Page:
The Babadook (2014) | This frighteningly brilliant Australian Grimm fairytale will scare the life out of you!

The Babadook

When troubled six-year-old Samuel (Noah Wiseman) finds a pop-up book called The Babadook on his bookshelf, his widowed mum Amelia (Essie Davis) makes it his new bedtime story. But the book exerts a bad influence on Sam, who becomes convinced The Babadook is coming to get them. At first Amelia suspects Sam’s disruptive behaviour is in response to her resentment of him (she blames him for his father’s death), but then she starts seeing glimpses of the sinister storybook presence herself! Is it just a figment of her imagination brought on by her insomnia, or is there a very real monster in the closet?

The Babadook

Justifiably earning rave reviews from critics and audiences alike, The Babadook is probably the best Aussie horror since 2005’s sleeper hit Wolf Creek. Making her feature debut here, writer/director Jennifer Kent has conjured up a contemporary suburban Grimm fairytale exploring grief, loneliness and guilt to reveal the monster that potentially lurks inside us all.

The Babadook (2014)

Taunt, tense and dripping in claustrophobic atmosphere, Kent’s walking nightmare certainly shares its psychological horror DNA with Roman Polanski’s Repulsion (1965), which it has be compared to – but also Andrzej Żuławski’s 1981 horror hybrid Possession, as witnessed in the manifested malevolent entity (brought on by Amelia and Sam’s unresolved traumas).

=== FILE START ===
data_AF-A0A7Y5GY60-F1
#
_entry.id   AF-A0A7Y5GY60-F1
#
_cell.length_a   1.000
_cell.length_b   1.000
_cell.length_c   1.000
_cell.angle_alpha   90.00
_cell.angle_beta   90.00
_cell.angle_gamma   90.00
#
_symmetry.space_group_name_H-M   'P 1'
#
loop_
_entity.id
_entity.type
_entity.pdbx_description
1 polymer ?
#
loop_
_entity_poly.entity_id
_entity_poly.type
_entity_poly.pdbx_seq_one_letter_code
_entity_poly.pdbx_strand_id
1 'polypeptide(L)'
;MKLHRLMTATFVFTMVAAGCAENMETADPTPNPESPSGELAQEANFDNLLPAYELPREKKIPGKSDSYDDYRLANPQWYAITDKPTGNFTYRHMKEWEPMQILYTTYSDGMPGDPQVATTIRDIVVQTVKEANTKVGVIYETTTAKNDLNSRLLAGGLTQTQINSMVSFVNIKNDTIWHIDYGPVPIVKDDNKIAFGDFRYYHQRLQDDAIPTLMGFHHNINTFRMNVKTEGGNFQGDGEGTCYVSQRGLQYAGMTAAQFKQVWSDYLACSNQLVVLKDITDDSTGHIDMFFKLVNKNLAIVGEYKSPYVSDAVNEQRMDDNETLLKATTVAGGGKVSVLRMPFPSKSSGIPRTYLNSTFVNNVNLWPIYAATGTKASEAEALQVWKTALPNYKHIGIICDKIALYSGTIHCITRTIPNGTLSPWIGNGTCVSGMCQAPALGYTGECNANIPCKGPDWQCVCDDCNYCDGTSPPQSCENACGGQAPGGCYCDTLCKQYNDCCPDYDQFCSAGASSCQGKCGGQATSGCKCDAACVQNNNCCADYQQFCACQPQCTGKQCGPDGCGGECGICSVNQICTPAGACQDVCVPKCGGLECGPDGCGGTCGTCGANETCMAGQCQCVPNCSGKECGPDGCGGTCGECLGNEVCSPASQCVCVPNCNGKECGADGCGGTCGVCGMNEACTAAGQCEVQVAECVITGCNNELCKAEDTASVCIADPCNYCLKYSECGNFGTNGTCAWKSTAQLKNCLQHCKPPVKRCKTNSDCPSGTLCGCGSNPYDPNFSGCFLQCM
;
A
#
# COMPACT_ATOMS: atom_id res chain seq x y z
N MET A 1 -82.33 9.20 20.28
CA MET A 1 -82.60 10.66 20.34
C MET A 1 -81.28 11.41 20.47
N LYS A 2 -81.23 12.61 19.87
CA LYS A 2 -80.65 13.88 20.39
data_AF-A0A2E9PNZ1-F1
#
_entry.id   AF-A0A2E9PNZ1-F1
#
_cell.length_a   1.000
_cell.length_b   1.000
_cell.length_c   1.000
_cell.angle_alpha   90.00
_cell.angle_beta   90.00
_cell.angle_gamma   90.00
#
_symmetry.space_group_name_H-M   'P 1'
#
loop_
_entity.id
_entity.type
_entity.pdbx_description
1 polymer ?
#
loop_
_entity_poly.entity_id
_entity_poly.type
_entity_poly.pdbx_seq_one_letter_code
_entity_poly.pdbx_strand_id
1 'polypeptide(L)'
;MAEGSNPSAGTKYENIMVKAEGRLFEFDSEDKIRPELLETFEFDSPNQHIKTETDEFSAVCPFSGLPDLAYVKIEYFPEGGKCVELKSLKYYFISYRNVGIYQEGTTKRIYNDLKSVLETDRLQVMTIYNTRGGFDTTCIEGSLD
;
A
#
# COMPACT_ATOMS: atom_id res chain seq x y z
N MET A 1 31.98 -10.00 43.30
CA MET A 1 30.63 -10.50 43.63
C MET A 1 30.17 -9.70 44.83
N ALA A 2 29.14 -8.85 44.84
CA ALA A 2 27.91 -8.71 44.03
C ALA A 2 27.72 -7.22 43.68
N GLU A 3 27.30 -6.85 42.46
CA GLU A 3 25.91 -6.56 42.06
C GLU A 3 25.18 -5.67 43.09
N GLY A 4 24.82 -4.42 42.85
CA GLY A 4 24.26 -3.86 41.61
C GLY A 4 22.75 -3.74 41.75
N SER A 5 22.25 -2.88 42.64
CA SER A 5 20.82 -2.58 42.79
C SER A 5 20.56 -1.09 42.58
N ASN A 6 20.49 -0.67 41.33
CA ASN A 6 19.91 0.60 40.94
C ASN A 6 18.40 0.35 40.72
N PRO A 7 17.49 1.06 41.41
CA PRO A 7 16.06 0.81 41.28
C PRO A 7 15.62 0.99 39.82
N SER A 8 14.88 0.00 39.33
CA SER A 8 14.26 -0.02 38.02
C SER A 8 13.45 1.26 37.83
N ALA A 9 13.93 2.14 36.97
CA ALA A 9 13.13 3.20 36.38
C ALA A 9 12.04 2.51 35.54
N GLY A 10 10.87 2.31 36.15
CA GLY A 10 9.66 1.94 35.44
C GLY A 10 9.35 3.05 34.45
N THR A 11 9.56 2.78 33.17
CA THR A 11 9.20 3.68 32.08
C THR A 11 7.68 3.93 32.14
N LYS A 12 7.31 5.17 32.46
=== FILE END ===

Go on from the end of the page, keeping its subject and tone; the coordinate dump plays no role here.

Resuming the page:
The Babadook

But it’s Kent’s themes of parental guilt that really sets this film apart, while the spooky Gorey-esque stop-motion monster effects are chillingly effective. A nice touch are the clips from Mario Bava’s 1960s shocker Black Sabbath and the 1980s possession classic The Amityville Horror, which pop up while Amelia is TV channel hopping (they also inform Kent’s creepfest); while Aussie viewers will certainly chuckle over the scene in which Amelia lovingly devours a bar of Cherry Ripe (an iconic Australian chocolate confection).

The Babadook (2014)

Essie Davis gives a captivating performance as the increasingly unhinged Amelia, trapped in a maelstrom of grief and terror, while young Noah Wiseman brings real depth to the troubled Sam who, armed with his homemade weapons, goes from frightened to fearless as the film’s dark events take hold and both son and mum are propelled into the very heart of darkness.

This frightening brilliant horror certainly gets under your skin, and marks Kent as an emerging new talent that’s one to watch.

The Babadook premieres on Film4 today at 9pm





About Peter Fuller

Peter Fuller is an award-winning print, radio and television journalist and producer, with over 30 years experience covering film and television, with a special interest in world cinema and popular culture. He is a leading expert on the life and career of Vincent Price and actively promotes the actor's legacy through publications, websites and special events.

Posted on November 21, 2016, in Horror, Must See, Must-See and tagged , , , , , , , , , . Bookmark the permalink. Leave a comment.

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